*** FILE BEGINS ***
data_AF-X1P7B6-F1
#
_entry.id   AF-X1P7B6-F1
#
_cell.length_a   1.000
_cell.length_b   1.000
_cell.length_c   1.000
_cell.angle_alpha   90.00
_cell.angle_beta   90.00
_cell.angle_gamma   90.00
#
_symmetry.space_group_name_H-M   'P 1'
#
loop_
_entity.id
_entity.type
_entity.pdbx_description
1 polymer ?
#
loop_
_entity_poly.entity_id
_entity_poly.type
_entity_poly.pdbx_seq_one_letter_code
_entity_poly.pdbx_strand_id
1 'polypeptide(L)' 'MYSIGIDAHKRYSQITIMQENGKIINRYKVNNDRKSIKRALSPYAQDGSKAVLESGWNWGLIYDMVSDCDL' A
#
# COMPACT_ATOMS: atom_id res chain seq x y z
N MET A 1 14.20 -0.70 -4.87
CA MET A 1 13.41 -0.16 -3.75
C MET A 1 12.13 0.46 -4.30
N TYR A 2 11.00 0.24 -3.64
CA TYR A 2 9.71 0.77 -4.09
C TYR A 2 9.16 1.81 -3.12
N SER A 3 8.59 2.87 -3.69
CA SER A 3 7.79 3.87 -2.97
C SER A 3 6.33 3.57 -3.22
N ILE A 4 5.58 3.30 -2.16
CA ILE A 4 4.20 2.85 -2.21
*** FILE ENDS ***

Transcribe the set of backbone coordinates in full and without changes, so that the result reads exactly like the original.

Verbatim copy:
data_AF-X1P7B6-F1
#
_entry.id   AF-X1P7B6-F1
#
_cell.length_a   1.000
_cell.length_b   1.000
_cell.length_c   1.000
_cell.angle_alpha   90.00
_cell.angle_beta   90.00
_cell.angle_gamma   90.00
#
_symmetry.space_group_name_H-M   'P 1'
#
loop_
_entity.id
_entity.type
_entity.pdbx_description
1 polymer ?
#
loop_
_entity_poly.entity_id
_entity_poly.type
_entity_poly.pdbx_seq_one_letter_code
_entity_poly.pdbx_strand_id
1 'polypeptide(L)' 'MYSIGIDAHKRYSQITIMQENGKIINRYKVNNDRKSIKRALSPYAQDGSKAVLESGWNWGLIYDMVSDCDL' A
#
# COMPACT_ATOMS: atom_id res chain seq x y z
N MET A 1 14.20 -0.70 -4.87
CA MET A 1 13.41 -0.16 -3.75
C MET A 1 12.13 0.46 -4.30
N TYR A 2 11.00 0.24 -3.64
CA TYR A 2 9.71 0.77 -4.09
C TYR A 2 9.16 1.81 -3.12
N SER A 3 8.59 2.87 -3.69
CA SER A 3 7.79 3.87 -2.97
C SER A 3 6.33 3.57 -3.22
N ILE A 4 5.58 3.30 -2.16
CA ILE A 4 4.20 2.85 -2.21